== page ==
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szxmum

Does anyone tend to "shutdown" rather than "meltdown" ?

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szxmum   

It has been put to us that one of the reasons for our ds's late diagnosis (17) was the fact that he never exhibited any loud, agressive, violent or otherwise noticeable "meltdowns". He was always a very quiet, well-behaved, introverted child.

 

In hindsight and looking at his behaviour now, I notice that he is a master of the "shutdown". He withdraws into himself and the shutters come over his eyes - there is "no-one home". He can stay like this for long periods of time.

 

I have asked him about this and he has said that it helps him "zone out" noise or light and he doesn't have to "endure" the anxiety of talking to other people.

 

Is anyone else familiar with this? What forms do your meltdowns or shutdowns take?

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Cat   
It has been put to us that one of the reasons for our ds's late diagnosis (17) was the fact that he never exhibited any loud, agressive, violent or otherwise noticeable "meltdowns". He was always a very quiet, well-behaved, introverted child.

 

In hindsight and looking at his behaviour now, I notice that he is a master of the "shutdown". He withdraws into himself and the shutters come over his eyes - there is "no-one home". He can stay like this for long periods of time.

 

I have asked him about this and he has said that it helps him "zone out" noise or light and he doesn't have to "endure" the anxiety of talking to other people.

 

Is anyone else familiar with this? What forms do your meltdowns or shutdowns take?

 

My 12 year old who used to be explosive is now like this and to be honest with you I find it harder to deal with. My son can often feel and be physically sick when he is like this and needs to lie down on his bed. It can last for several hours. His shutdowns can be triggered by many things include smells. If he is worried about going somewehere or doing something or if there are too many people 'demanding' something of him. He will shutdown. He has a huge sensitivity to smells and can shutdown very quickly if he has smelt something he can not tolerate. I hate watching my son when he does shut down because he looks dreadful.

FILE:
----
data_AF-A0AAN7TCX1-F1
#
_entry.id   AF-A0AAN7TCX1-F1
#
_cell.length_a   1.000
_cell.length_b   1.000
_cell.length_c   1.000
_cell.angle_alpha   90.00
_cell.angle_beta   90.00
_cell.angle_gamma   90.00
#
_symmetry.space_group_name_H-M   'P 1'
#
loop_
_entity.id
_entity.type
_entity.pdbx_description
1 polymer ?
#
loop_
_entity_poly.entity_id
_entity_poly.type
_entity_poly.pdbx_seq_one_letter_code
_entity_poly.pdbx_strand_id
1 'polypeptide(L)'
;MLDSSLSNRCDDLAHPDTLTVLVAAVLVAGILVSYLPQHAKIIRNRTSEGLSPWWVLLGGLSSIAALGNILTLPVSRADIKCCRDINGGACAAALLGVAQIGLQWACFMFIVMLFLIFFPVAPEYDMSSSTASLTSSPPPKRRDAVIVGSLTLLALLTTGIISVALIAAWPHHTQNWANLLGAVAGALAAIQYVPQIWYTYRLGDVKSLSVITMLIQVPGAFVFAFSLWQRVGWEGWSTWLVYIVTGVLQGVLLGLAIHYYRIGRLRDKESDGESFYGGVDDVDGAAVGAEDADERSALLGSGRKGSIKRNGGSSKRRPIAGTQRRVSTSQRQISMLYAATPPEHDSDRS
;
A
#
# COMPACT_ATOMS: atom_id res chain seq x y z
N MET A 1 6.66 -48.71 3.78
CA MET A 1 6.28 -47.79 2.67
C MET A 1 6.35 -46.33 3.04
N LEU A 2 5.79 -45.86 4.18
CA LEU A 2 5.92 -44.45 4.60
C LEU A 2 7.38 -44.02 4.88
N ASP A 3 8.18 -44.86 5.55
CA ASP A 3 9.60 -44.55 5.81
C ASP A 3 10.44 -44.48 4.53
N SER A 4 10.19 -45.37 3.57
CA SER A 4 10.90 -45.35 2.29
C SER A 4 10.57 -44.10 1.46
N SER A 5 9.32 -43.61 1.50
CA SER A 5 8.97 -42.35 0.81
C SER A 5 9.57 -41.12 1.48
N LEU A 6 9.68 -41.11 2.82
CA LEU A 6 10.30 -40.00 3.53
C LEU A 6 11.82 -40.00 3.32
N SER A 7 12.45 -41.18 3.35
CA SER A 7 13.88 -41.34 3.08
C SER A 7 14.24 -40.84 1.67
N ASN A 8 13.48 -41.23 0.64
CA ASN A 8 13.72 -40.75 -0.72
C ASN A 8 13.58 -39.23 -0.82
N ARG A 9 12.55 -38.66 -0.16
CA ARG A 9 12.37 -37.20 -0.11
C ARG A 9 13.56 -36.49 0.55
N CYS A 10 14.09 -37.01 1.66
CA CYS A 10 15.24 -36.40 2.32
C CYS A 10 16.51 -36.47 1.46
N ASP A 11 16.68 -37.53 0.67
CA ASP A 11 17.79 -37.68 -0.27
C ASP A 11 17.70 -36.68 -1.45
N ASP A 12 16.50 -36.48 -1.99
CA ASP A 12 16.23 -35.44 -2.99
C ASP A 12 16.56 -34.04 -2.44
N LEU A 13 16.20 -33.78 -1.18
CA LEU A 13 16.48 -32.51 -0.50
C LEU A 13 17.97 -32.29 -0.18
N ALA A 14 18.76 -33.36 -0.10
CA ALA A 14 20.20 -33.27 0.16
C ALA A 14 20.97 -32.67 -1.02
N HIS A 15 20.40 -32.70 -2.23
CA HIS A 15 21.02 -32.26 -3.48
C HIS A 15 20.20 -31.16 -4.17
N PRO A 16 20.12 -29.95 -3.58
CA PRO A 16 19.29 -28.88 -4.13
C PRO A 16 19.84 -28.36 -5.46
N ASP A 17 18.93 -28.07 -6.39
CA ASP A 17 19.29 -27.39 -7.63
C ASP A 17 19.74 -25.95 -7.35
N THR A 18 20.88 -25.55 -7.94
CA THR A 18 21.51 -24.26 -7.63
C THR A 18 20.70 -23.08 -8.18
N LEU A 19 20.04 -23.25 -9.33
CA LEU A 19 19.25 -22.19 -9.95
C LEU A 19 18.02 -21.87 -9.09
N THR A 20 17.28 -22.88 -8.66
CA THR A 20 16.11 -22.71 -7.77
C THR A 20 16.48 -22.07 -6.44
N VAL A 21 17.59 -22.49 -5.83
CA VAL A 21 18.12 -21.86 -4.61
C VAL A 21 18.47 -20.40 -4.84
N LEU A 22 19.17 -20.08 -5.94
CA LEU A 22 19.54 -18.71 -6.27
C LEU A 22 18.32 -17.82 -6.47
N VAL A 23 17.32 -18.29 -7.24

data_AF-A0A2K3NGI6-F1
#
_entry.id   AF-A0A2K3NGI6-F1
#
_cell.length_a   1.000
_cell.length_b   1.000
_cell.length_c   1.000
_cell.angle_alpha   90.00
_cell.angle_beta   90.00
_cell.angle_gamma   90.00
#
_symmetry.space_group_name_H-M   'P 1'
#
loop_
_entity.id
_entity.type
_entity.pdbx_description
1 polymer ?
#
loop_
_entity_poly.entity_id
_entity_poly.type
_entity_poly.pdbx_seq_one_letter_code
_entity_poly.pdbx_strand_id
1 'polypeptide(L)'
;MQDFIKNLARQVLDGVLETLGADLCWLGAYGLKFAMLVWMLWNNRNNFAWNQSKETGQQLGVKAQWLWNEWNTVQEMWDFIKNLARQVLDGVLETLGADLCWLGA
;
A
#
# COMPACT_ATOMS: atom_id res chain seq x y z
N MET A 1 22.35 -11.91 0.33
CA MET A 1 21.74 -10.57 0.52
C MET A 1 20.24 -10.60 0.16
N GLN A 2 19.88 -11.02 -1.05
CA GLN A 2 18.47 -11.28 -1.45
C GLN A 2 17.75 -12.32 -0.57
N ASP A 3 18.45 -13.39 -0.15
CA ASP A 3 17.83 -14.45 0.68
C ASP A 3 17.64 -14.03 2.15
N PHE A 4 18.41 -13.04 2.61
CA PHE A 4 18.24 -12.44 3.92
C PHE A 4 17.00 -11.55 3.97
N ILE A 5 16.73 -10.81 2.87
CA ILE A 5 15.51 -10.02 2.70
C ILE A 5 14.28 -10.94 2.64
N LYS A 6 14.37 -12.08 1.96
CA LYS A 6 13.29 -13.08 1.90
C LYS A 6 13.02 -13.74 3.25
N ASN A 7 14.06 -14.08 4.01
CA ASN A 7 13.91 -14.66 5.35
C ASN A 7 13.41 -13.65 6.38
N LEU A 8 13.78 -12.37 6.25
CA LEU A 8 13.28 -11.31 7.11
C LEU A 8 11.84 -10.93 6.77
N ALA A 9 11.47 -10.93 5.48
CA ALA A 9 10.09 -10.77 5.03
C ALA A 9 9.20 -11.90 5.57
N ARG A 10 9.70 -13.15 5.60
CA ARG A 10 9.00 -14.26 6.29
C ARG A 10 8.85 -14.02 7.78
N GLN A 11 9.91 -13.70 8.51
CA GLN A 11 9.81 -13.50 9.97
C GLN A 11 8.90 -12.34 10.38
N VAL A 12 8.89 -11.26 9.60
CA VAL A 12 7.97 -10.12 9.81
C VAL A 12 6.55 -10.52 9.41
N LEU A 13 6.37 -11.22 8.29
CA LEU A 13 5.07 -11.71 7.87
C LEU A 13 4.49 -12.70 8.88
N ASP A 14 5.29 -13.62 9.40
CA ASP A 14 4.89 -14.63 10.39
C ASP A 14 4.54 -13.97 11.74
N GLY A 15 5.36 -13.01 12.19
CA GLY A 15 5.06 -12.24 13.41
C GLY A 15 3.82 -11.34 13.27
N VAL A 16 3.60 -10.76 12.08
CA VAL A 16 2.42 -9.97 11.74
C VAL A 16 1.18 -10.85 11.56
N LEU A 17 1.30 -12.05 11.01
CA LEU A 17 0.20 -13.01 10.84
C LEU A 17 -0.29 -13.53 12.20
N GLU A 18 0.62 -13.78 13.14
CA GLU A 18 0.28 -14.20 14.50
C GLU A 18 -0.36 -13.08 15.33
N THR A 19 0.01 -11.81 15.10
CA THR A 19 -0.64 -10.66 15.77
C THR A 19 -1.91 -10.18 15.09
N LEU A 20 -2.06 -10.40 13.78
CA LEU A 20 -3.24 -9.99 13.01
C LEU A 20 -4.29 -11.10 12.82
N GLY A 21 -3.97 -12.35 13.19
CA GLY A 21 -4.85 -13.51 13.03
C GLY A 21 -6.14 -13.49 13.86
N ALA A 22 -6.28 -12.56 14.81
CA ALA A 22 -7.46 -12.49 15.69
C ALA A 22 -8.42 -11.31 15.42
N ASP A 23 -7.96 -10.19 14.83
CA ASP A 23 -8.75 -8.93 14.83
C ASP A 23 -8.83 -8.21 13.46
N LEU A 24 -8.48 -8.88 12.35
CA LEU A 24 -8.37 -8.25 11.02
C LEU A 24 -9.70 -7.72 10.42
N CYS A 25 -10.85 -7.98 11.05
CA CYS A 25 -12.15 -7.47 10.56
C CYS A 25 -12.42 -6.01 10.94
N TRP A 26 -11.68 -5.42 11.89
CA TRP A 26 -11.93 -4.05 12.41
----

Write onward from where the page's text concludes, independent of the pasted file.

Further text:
Cat

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bid   
It has been put to us that one of the reasons for our ds's late diagnosis (17) was the fact that he never exhibited any loud, agressive, violent or otherwise noticeable "meltdowns". He was always a very quiet, well-behaved, introverted child.

 

In hindsight and looking at his behaviour now, I notice that he is a master of the "shutdown". He withdraws into himself and the shutters come over his eyes - there is "no-one home". He can stay like this for long periods of time.

 

I have asked him about this and he has said that it helps him "zone out" noise or light and he doesn't have to "endure" the anxiety of talking to other people.

 

Is anyone else familiar with this? What forms do your meltdowns or shutdowns take?

 

Yup, I do this far more than meltdown. I also get to the point where I feel as though I can't speak, as though the words are literally stuck and won't come out.

 

If I am really , really anxious, I close my eyes and can almost 'remove' myself from the situation. One example that comes to mind was when I was having my last baby.

 

Bid :)

 

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Cat   

 

If I am really , really anxious, I close my eyes and can almost 'remove' myself from the situation.

 

Thank you Bid this explains why DS3 closed has closed his eyes throughout his dental treatmeant. I knew that he was being very brave and that it was costing him dearly :tearful: but you just made sense of why no matter how long he was in the chair he had his eyes closed.